George V. Leighton, the founder and developer of this monumental industry in the Boise Valley, was born in the far east at the town of Cumberland, Maryland, February 22, 1856. His parents, Isaac and Elizabeth Leighton, were both born in England, where they were married, and then came to America. While their eight children were growing up they moved from place to place in the states of Maryland, West Virginia, Pennsylvania and Ohio, finally settling in Pennsylvania, where both parents died in December, 1911.

George V. Leighton received a common school education, and when about twenty-two years of age, in 1877, came out to the northwest, locating at Pendleton, Oregon. In the subsequent thirty-five years he has been essentially a stock man, and has never enjoyed any particular success in any other line. At Pendleton he developed a large horse ranch, and there made a reputation for producing high grade horses. His home was at Pendleton for nine years, until 1886, at which time he came to Idaho, locating in Washington county, near Weiser. He continued there in the stock business until 1908, in which year he moved into the city of Boise. Like many others, he had the delusion that the city was a fine place to spend the latter years of his life, and in Boise at the present time he owns at the corner of Maine and First streets one of the beautiful residences of that city. In a short time, however, Mr. Leighton discovered that the city had no attractions that were permanent and satisfying, and he regards those few years spent in Boise as the only part of his life that he cannot look back upon with satisfaction. Having returned to the farm, he has now perfected plans for the erection of a beautiful country home with all the material facilities and conveniences which his city home had, and with the delightful surroundings which the country alone makes possible. The street car of the Idaho Traction Company runs close by his door, and in addition to this means of transportation he has a large touring car in his garage. And back of all these creature comforts are his thoroughbred stock, his valuable orchards and beautiful meadows, where the sun shines and the birds sing, and with his children about him it would be difficult to conceive of a happier man in Idaho than George V. Leighton.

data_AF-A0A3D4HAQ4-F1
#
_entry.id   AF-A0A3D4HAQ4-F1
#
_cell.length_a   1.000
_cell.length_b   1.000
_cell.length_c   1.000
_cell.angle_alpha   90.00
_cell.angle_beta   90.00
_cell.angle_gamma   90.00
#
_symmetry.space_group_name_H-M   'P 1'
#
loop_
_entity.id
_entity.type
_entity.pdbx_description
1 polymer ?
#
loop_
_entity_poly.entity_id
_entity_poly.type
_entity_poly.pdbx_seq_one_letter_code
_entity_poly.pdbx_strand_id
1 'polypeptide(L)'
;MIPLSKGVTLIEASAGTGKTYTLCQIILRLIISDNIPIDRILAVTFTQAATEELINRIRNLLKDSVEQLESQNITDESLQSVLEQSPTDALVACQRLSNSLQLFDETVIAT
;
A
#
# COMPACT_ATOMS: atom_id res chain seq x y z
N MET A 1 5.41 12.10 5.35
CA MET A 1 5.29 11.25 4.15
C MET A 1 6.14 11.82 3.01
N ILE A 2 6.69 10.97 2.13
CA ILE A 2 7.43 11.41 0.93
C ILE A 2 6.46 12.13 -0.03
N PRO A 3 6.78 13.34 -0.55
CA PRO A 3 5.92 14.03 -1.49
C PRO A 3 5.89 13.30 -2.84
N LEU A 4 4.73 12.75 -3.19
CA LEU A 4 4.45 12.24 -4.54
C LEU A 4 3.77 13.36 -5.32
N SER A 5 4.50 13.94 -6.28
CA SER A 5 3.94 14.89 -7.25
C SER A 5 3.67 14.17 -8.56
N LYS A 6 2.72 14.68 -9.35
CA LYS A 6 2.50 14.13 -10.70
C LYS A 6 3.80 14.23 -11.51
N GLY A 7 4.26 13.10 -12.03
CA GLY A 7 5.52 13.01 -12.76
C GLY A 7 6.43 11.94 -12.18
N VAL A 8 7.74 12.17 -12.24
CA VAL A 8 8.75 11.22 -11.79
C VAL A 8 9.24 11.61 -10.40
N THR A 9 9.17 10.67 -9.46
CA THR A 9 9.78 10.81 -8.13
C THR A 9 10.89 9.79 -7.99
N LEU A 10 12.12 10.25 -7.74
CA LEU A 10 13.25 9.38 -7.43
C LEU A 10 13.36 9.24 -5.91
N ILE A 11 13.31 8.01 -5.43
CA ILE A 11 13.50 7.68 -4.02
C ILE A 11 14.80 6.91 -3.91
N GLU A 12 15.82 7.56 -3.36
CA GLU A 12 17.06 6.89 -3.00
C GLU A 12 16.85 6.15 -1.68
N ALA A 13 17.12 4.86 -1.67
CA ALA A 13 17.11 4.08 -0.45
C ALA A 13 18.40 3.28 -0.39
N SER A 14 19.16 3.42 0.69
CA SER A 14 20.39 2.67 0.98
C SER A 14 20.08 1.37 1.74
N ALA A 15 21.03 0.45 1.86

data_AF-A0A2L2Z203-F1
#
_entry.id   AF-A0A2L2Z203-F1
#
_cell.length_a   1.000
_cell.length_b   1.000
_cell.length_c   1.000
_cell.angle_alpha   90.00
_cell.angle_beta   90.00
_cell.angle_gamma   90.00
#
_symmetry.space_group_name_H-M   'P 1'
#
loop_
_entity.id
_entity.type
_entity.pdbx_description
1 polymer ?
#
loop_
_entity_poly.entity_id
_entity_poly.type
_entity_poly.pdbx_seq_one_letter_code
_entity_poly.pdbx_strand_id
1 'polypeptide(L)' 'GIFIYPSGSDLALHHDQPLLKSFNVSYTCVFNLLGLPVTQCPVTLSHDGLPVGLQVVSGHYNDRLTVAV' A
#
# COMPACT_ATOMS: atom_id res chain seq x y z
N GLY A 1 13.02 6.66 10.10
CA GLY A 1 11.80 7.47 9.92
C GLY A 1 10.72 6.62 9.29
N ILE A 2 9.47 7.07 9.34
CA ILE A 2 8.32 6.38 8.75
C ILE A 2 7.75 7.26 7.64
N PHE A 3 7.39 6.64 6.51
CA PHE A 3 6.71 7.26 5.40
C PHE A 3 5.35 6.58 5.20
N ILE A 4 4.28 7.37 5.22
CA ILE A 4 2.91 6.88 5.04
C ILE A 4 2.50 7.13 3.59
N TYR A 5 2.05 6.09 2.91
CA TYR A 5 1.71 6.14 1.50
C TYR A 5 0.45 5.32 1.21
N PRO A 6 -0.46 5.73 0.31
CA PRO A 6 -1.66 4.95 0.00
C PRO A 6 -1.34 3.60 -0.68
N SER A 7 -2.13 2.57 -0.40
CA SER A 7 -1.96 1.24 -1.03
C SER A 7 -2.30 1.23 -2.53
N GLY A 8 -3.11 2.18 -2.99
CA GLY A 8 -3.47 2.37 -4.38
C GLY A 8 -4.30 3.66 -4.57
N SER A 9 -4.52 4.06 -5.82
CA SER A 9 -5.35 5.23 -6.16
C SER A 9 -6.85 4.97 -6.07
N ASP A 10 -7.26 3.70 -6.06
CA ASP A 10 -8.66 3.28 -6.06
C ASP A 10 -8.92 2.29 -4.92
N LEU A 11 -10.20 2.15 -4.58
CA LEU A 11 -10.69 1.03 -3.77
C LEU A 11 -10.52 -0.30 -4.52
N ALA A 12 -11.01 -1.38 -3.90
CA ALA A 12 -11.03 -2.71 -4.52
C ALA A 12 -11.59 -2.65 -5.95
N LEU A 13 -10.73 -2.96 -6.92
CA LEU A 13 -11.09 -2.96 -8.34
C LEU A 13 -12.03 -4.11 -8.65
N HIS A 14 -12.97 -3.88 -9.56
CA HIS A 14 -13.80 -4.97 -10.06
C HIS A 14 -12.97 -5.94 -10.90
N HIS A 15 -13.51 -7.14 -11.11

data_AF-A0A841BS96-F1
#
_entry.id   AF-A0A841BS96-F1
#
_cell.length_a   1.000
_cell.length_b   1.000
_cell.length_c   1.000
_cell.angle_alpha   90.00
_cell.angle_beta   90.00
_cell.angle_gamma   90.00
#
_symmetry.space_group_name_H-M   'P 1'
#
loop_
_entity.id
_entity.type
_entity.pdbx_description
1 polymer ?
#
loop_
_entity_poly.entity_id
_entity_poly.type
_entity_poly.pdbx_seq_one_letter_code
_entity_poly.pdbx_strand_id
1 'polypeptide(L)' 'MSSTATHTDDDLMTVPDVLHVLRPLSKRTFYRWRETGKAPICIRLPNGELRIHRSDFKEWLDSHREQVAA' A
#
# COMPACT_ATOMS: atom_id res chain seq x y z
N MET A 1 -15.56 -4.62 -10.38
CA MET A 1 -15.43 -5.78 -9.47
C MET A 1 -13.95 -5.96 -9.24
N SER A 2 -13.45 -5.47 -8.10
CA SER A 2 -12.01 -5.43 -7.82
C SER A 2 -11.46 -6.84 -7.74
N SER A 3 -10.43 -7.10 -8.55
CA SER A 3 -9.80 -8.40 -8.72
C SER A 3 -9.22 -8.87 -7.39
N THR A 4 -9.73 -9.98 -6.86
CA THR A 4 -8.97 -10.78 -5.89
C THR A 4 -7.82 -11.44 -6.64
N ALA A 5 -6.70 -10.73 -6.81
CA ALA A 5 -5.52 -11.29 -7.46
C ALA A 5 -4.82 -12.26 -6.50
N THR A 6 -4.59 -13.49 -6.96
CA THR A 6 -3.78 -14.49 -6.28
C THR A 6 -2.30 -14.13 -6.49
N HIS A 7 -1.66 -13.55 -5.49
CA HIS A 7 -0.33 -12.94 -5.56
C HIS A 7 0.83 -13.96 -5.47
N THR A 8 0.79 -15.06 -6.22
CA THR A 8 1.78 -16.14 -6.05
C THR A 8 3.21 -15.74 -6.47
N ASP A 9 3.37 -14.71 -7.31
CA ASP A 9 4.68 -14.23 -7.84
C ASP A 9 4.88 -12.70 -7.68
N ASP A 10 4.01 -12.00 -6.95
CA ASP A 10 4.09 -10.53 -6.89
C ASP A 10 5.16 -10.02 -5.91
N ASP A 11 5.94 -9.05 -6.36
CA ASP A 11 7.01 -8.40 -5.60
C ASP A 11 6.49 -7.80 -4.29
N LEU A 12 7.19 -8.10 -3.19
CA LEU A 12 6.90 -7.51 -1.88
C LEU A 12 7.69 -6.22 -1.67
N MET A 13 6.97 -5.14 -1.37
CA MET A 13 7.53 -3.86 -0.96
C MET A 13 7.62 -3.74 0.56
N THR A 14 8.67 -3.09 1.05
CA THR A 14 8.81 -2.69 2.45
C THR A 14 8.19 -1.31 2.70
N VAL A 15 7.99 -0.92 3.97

To those who believe—and there are many who do that life has its highest possibilities and opportunities in the free and open country, the position of George V. Leighton seems ideal. He has built his success upon permanent foundation of the oldest and most honorable vocation in the world, and his career has been productive of those essential material goods without which humanity would quickly come to want.

In 1885 Mr. Leighton married Miss Martha Kern, a native of Oregon. Their four children are: Daisy, wife of William Abbott of Boise; Willie, who is associated with his father and a partner in the business; Elizabeth, wife of Thomas White of Idaho City, and Georgia, wife of Claude Roberts, who has charge of the dairy and cattle of the Leighton Ranch. Politically Mr. Leighton is a Republican. He was county commissioner for Washington county, Idaho, for the years 1890 and 1891, was a director of the First National Bank of Weiser, Idaho, for the years 1900, 1901, 1902; president of Payette Valley Bank, and was also president of the First National Bank of Payette, Idaho, from 1900 to 1905.